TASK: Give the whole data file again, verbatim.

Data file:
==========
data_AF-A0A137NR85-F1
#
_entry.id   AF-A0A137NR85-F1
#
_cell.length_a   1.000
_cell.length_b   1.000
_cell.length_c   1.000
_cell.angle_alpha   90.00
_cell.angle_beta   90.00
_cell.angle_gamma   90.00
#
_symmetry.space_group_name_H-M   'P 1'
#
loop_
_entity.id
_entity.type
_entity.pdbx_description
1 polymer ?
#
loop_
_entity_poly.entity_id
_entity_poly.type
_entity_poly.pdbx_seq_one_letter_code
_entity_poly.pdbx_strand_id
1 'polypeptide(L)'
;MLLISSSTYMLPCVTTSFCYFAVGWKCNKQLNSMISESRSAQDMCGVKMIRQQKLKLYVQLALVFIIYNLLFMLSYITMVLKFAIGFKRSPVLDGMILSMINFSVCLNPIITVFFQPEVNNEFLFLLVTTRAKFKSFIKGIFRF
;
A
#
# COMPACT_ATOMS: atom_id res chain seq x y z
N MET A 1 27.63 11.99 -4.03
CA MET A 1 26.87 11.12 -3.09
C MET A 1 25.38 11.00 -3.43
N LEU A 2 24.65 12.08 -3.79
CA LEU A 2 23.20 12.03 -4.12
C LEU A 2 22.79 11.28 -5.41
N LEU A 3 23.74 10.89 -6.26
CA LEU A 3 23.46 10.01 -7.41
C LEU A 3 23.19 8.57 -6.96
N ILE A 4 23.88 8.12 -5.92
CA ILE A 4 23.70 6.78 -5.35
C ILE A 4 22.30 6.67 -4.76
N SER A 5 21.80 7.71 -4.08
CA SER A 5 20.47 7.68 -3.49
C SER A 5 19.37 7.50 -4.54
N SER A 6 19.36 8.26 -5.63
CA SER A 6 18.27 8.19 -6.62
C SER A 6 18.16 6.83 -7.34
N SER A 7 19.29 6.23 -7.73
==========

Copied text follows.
data_AF-A0A137NR85-F1
#
_entry.id   AF-A0A137NR85-F1
#
_cell.length_a   1.000
_cell.length_b   1.000
_cell.length_c   1.000
_cell.angle_alpha   90.00
_cell.angle_beta   90.00
_cell.angle_gamma   90.00
#
_symmetry.space_group_name_H-M   'P 1'
#
loop_
_entity.id
_entity.type
_entity.pdbx_description
1 polymer ?
#
loop_
_entity_poly.entity_id
_entity_poly.type
_entity_poly.pdbx_seq_one_letter_code
_entity_poly.pdbx_strand_id
1 'polypeptide(L)'
;MLLISSSTYMLPCVTTSFCYFAVGWKCNKQLNSMISESRSAQDMCGVKMIRQQKLKLYVQLALVFIIYNLLFMLSYITMVLKFAIGFKRSPVLDGMILSMINFSVCLNPIITVFFQPEVNNEFLFLLVTTRAKFKSFIKGIFRF
;
A
#
# COMPACT_ATOMS: atom_id res chain seq x y z
N MET A 1 27.63 11.99 -4.03
CA MET A 1 26.87 11.12 -3.09
C MET A 1 25.38 11.00 -3.43
N LEU A 2 24.65 12.08 -3.79
CA LEU A 2 23.20 12.03 -4.12
C LEU A 2 22.79 11.28 -5.41
N LEU A 3 23.74 10.89 -6.26
CA LEU A 3 23.46 10.01 -7.41
C LEU A 3 23.19 8.57 -6.96
N ILE A 4 23.88 8.12 -5.92
CA ILE A 4 23.70 6.78 -5.35
C ILE A 4 22.30 6.67 -4.76
N SER A 5 21.80 7.71 -4.08
CA SER A 5 20.47 7.68 -3.49
C SER A 5 19.37 7.50 -4.54
N SER A 6 19.36 8.26 -5.63
CA SER A 6 18.27 8.19 -6.62
C SER A 6 18.16 6.83 -7.34
N SER A 7 19.29 6.23 -7.73